The potential for acts of terror may rise with the start of Ramadan, LIGNET analyst Lisa Ruth and Middle East expert and author Walid Phares said on Newsmax TV's
"America's Forum" on Monday.
"You're dealing with at least the ultra-conservatives fasting," Ruth said. "However, we do see an increase in things like terrorist attacks, specifically at mosques. You have large congregations of people. It makes a very large splash, if you will, to attack mosques during Ramadan, and we tend to see that happening during this period."
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Phares explained that Ramadan is the most important part of the Islamic calendar.
"It is when the fasting begins and at the end of which the greatest celebration, and the Muslims are supposed to fast from morning to late afternoon," Phares said. "They're allowed to eat and drink after that. It is a reflection of old traditions of sacrifice and purity for the soul."
"Under the Mubarak regime, the Muslim Brotherhood used mosques to gather, to recruit, to indoctrinate, and to spread a more radical message," Phares said. "The government told them you can't work inside the mosque, but come outside the mosque just to create a balance.
"For a brief time last year, mosques controlled by the Muslim Brotherhood became a mobilizing machine, creating tens of thousands of militants," Phares said. That will likely change under Abdel Fattah el-Sisi, Egypt's former military chief who has taken over as the country's president after winning 96 percent of the vote in the presidential election last month.
"The government has planned to deradicalize the mosques, helping the government to make sure that the clerics inside the mosque will spread only a message that has nothing to do with politics or with government or most importantly with Jihad," Phares said. "It is going to be difficult because the brotherhoods are well spread inside Egypt, but I think this is a new direction that we're going to see more of in Egypt."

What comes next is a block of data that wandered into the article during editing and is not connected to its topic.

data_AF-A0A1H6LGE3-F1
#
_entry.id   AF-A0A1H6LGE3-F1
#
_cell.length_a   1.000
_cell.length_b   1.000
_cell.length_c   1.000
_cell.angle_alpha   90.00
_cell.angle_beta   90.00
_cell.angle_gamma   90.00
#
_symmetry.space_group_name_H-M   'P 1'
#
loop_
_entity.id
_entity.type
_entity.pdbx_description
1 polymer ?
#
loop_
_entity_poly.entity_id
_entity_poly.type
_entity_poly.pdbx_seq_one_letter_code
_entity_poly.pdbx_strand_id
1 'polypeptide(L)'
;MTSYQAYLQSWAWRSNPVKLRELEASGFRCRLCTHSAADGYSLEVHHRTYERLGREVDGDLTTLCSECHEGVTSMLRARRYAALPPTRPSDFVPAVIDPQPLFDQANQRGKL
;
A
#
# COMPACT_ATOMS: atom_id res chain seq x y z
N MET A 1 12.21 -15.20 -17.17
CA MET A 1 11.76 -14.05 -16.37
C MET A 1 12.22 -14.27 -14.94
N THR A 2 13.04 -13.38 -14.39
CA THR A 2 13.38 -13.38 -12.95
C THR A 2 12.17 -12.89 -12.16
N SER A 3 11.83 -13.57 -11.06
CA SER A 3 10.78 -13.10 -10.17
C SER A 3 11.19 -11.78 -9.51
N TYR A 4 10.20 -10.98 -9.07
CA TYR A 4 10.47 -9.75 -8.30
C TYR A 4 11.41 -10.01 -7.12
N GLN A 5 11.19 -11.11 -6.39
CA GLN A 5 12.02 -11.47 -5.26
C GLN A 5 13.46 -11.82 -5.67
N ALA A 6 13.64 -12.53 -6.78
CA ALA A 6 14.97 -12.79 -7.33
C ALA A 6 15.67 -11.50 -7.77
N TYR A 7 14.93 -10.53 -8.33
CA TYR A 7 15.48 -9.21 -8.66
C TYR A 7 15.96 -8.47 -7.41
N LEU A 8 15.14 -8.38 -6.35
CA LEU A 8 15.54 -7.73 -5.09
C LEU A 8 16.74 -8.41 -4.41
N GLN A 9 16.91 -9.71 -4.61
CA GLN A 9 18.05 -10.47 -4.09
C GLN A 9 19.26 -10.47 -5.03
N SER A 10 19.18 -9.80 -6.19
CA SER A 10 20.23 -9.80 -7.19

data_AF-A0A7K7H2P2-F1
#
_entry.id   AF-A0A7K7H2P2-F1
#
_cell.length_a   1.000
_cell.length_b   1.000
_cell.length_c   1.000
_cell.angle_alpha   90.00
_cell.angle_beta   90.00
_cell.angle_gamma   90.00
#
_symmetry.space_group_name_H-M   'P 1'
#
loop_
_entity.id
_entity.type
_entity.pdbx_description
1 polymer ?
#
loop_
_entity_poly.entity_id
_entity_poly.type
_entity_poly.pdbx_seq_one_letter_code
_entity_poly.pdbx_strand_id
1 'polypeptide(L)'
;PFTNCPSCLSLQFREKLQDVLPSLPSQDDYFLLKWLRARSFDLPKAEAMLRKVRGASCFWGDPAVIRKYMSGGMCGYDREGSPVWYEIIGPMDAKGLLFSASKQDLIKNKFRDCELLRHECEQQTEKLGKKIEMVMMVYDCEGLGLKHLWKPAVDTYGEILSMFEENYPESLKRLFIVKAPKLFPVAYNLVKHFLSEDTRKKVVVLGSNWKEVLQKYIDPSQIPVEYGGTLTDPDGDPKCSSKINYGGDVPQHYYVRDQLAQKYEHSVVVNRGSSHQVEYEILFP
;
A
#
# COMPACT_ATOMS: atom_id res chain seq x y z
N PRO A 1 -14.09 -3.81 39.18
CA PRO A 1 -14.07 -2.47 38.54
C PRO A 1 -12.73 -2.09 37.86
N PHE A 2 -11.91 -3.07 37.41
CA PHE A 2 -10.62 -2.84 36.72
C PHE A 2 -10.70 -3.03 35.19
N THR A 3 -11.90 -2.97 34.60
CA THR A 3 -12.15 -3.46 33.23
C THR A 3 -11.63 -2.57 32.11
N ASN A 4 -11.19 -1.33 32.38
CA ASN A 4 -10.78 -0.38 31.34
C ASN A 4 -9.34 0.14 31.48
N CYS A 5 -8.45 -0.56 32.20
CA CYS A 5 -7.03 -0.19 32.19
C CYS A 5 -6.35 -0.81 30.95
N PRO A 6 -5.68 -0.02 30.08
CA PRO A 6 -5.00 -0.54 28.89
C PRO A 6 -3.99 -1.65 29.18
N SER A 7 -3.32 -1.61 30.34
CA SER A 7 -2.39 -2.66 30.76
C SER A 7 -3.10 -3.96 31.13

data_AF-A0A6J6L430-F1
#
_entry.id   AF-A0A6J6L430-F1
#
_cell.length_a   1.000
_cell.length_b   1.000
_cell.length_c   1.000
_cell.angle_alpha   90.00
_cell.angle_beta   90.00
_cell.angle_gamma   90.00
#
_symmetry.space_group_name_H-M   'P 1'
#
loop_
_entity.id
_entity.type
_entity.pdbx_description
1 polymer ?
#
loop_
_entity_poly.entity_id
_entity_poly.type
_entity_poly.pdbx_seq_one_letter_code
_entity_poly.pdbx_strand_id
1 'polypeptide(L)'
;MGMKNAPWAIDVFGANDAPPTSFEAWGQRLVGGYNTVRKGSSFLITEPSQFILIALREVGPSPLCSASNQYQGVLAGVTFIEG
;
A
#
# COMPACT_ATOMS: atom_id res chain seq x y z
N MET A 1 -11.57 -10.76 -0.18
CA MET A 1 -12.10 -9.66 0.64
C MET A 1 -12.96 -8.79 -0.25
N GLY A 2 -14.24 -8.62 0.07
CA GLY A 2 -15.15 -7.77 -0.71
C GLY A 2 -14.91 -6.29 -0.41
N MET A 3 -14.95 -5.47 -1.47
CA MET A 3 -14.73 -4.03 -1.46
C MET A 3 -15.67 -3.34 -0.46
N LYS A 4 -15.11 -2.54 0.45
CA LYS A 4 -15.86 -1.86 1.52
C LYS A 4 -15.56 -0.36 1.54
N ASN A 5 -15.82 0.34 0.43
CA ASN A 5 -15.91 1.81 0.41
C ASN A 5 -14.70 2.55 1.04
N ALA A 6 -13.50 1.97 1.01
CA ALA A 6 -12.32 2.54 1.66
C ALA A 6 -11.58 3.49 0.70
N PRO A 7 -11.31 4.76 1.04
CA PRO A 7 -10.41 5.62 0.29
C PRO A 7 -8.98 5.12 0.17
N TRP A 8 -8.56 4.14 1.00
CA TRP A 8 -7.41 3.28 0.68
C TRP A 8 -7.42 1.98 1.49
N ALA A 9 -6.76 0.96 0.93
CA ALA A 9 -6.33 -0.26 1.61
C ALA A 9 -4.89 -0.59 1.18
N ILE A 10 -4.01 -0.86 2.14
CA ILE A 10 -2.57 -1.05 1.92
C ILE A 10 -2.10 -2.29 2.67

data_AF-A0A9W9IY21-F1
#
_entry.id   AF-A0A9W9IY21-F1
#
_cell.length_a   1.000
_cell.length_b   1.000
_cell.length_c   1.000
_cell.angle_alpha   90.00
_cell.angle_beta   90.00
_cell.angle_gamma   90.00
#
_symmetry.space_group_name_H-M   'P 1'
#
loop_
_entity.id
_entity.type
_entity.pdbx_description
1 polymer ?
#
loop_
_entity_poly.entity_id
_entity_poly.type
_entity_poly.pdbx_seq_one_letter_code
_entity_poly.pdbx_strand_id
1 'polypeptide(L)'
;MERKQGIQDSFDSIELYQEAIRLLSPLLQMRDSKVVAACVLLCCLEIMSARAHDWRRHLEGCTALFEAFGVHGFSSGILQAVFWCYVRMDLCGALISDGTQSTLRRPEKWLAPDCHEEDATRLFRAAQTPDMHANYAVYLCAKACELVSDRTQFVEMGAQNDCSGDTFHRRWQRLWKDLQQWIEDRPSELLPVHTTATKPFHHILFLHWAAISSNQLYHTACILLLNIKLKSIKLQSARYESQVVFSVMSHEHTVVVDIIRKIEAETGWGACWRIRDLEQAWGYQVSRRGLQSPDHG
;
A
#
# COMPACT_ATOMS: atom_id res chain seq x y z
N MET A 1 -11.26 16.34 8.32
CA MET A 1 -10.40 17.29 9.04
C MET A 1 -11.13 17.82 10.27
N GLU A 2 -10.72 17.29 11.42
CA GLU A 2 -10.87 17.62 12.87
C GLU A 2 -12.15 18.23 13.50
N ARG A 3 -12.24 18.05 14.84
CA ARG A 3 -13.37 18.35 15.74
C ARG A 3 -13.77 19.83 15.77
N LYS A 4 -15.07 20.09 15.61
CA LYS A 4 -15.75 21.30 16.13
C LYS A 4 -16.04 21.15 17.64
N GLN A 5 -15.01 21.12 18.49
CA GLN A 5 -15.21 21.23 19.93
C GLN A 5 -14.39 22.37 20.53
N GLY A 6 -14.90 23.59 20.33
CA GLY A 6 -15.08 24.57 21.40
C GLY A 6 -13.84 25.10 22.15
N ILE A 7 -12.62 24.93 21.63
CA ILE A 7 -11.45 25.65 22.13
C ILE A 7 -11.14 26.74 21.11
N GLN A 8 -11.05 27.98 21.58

Ruth said she is concerned about pushing the Muslim Brotherhood underground because "you're going to see increased terrorism."
"My real concern with pushing the Muslim Brotherhood underground is that you're actually going to see increased terrorism," said Ruth, who doesn't think el-Sisi will bring the extremists under control.
"He brings fear certainly to the Muslim Brotherhood, but I don't think he has the ability to impact the message the same way," Ruth said.
Phares said the Muslim Brotherhood has been in Egypt's underground since 1926, when it first came to power.
"It is a very savvy, sophisticated movement, large in numbers, about 600,000," he said. And even without el-Sisi's intervention, Egyptians are protesting.
"They did not basically choose el-Sisi first, they chose to remove the brotherhood and then el-Sisi joined them and then there were elections," he said.
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